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  • [Internet Ad] Taiwan's Internet Ad Market to Triple by 2000
  • November 16, 1998 (TAIPEI) -- Spending on Internet advertisements in Taiwan is likely to triple annually over the next two years.
    YamWeb Co., a Taipei-based Web site in Chinese and English, estimates that Taiwan's Internet advertisement market will enjoy an expansion from US$3 million in 1998 to US$27 million in 2000.

    Total expenditures on Internet advertisements exceeded US$1 million in 1997, according to a survey conducted earlier this year by the Market Intelligence Center (MIC) of the semi-governmental Institute for Information Industry (III).

    Almost 90 percent of the spending was directed to the top five local entry-point Web sites.

    With more than 2.4 million people in Taiwan having access to cyberspace -- more than 10 percent of Taiwan's population of 21 million -- the Internet reaches a readership as large as many well-known Chinese-language publications and electronic media.

    A few years ago, people with a passageway to the Net tended to be white-collar professionals with higher-than-average incomes, said J.J. Chen, chief executive officer of YamWeb. The spectrum of users is widening to include college and high-school students, retirees and small-business owners, Chen also noted.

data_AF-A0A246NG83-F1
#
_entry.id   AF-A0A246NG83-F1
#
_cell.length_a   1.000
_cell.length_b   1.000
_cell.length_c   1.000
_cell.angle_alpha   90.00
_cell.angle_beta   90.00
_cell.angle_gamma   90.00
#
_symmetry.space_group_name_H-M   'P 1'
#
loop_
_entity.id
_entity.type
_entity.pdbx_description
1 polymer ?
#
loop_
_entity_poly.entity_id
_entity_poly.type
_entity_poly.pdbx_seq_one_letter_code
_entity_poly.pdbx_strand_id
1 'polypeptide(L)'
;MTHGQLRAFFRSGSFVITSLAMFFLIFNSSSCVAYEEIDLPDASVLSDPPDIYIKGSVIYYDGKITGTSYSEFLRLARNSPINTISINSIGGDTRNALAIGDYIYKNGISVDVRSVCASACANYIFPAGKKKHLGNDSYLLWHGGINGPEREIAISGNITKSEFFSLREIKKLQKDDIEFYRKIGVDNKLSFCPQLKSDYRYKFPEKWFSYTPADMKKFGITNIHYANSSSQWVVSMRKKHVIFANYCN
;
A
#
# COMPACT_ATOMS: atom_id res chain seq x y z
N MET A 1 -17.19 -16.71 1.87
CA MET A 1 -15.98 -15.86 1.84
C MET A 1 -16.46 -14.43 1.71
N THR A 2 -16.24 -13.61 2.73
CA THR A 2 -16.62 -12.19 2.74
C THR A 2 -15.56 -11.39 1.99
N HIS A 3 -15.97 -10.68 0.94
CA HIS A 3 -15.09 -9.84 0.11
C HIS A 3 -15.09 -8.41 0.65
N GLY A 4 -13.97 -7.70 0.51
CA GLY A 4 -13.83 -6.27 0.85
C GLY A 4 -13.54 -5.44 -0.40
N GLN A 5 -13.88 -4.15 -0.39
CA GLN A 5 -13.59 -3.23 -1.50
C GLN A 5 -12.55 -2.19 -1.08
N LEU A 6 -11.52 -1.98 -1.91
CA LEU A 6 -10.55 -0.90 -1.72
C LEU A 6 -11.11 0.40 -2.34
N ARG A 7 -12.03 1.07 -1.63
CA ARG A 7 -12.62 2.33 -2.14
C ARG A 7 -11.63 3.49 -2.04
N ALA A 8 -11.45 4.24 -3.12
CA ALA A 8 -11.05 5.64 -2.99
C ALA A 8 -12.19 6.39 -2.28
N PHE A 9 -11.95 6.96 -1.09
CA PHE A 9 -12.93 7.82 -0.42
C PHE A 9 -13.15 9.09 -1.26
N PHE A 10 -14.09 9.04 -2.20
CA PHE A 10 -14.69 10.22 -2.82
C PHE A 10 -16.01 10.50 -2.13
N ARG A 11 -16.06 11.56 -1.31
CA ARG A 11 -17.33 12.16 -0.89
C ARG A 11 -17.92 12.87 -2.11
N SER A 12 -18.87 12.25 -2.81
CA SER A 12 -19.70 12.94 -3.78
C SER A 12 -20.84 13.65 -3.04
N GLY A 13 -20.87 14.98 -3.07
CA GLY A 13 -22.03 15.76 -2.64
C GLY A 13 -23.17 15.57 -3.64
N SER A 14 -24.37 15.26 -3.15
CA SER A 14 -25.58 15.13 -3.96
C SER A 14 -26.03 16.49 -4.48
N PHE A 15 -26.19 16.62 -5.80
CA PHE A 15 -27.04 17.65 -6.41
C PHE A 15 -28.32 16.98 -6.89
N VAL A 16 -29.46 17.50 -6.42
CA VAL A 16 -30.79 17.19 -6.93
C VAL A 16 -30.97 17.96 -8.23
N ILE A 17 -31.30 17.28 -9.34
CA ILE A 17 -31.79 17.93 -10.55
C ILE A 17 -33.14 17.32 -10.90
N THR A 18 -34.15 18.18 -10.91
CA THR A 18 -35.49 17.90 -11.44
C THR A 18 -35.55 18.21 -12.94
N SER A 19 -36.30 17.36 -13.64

With more entry-point Web sites entering the fray, "the Internet medium is likely to secure 1 percent of the total US$2.7 billion ad spending in Taiwan in 2000," Chen said.

    The top two Web-ad carrier Web sites in Taiwan are PC Home Net Family and China Times Electronics Daily. The former enjoys an estimated 1998 Web-ad revenue of US$800,000.

    Recently, advertising clients are putting more attention on the quality of Internet advertising and scope of reach, Chen said.

    Manufacturers of electronic products have found e-commerce convenient and cost-effective. While Taiwan accounts for about 80 percent of PC motherboards made worldwide, local board manufacturers are also courting individual DIY customers.

    As Taiwan's Internet population is expanding rapidly, "such DIY buyers know all about computers, and the Internet is a very efficient way to reach them at an affordable cost," said T.S. Wang, marketing manager at Taipei-based Giga-Byte Technologies Co.

    Giga-Byte Technologies is only one of many local vendors that are extending their product exposure channels from conventional press and electronic media to the Internet.

    However, Y.S. Liu, general manager of China Times Electronics Daily, holds a more conservative view than Chen.

    Because many Chinese-language entry-point sites have their servers or headquarters in the United States, the sales revenue does not really belong to Taiwan-based firms. "If we deduct that income, Taiwan's 1998 revenue will barely reach the US$3 million mark," Liu said.

    More consumer product vendors are pushing their advertising agencies to produce Web ads for the first time, and many securities firms are opening new Internet windows for electronic transactions due to popular demand, Chen noted.

    According to an MIC report, Web ad revenue in 1998 will come primarily from the financial industry, especially vendors of mutual funds and providers of stock market-related services.

    (Charlene Huang, Asia BizTech Correspondent)

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    Updated: Sat Nov 14 17:26:07 1998 PDT